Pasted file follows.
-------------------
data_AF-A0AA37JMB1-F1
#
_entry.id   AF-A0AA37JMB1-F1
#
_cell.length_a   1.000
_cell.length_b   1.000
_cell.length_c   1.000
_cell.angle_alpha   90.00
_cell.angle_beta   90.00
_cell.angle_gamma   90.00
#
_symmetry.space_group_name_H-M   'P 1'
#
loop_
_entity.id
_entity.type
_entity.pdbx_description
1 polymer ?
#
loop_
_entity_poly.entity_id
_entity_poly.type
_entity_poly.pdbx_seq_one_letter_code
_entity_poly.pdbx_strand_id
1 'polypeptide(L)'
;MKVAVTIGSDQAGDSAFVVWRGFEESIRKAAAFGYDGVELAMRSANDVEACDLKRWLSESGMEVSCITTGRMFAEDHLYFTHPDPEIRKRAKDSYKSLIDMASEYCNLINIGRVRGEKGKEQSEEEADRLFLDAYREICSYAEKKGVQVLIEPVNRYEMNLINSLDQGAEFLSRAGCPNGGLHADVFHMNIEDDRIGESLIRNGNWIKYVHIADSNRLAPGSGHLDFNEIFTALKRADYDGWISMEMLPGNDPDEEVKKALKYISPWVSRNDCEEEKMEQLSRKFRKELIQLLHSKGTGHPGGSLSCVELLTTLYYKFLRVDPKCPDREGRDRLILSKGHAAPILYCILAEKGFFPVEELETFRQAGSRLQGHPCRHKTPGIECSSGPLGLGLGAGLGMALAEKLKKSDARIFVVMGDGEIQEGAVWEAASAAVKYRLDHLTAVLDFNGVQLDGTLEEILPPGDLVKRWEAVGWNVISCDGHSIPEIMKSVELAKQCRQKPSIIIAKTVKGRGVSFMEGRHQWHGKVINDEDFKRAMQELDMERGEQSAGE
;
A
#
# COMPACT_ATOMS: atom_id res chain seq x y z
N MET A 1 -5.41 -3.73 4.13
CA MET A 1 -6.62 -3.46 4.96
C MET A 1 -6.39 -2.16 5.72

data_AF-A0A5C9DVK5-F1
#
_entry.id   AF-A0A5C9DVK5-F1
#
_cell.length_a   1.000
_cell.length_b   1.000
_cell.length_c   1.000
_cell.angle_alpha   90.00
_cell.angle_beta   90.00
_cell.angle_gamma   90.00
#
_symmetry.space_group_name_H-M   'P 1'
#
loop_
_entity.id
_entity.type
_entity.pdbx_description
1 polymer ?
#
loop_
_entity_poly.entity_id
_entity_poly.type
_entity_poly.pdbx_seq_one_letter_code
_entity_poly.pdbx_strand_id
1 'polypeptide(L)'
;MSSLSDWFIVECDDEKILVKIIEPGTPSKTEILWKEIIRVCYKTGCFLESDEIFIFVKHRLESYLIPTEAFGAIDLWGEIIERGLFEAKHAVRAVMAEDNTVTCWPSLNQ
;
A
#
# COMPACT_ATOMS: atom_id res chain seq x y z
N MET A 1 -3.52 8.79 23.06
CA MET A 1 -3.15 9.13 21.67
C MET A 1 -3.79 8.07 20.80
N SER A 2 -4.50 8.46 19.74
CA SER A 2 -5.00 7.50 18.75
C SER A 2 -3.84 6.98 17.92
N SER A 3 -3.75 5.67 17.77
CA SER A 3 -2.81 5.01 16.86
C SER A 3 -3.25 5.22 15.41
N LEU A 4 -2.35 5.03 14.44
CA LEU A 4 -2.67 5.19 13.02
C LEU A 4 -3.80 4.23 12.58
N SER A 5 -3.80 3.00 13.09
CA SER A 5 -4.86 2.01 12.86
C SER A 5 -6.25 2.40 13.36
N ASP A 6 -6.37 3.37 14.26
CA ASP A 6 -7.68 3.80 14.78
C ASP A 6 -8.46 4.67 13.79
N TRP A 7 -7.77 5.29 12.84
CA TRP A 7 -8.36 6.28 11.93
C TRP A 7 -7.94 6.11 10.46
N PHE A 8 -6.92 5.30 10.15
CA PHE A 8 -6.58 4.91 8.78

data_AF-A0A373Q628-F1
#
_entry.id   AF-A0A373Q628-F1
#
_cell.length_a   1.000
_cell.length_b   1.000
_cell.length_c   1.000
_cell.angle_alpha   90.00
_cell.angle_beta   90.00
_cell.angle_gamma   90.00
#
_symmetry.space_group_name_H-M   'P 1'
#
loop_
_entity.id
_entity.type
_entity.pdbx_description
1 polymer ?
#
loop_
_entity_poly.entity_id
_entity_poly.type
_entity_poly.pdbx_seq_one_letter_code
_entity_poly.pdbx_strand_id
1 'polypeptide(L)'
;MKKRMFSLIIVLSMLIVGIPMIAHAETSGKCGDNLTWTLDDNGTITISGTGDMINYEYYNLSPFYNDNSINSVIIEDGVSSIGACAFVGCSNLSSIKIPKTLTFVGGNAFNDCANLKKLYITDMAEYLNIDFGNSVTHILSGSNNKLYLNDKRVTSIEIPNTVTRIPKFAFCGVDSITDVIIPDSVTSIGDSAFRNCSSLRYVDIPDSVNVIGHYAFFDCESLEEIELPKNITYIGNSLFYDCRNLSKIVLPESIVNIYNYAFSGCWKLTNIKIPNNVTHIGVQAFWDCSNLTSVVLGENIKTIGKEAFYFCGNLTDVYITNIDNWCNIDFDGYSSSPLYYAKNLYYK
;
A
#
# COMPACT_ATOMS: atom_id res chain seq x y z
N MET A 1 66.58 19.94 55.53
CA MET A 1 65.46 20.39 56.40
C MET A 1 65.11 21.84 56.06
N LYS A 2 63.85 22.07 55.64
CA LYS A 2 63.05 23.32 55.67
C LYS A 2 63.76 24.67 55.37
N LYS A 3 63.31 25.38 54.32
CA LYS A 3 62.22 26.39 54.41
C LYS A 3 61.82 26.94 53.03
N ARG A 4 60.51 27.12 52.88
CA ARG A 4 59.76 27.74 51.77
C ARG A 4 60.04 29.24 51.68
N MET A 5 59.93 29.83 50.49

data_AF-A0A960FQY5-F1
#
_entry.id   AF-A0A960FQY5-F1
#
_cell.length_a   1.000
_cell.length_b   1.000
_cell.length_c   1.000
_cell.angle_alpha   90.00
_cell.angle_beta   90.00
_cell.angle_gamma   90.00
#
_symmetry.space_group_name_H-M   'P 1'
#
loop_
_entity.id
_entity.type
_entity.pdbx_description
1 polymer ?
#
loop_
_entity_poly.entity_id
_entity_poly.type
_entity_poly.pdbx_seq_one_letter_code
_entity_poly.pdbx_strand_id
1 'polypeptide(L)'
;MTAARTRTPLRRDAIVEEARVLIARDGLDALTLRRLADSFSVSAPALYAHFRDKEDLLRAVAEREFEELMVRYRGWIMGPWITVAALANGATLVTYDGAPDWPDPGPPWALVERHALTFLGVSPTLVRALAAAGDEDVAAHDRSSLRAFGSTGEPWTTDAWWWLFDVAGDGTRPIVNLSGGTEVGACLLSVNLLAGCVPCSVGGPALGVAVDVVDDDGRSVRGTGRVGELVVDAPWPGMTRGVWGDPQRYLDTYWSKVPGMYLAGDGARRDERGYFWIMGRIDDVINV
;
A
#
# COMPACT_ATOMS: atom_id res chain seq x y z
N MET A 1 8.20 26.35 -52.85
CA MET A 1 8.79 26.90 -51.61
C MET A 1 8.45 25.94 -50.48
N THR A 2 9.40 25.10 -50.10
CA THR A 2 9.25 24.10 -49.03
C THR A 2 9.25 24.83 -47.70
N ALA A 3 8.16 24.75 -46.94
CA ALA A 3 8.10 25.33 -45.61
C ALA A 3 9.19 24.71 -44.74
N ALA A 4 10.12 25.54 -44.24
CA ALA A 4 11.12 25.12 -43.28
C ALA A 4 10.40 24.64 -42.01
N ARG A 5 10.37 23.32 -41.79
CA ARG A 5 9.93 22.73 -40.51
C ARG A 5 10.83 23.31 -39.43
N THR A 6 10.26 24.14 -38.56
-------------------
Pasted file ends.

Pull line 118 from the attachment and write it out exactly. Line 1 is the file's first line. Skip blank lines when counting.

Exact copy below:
CA MET A 1 65.46 20.39 56.40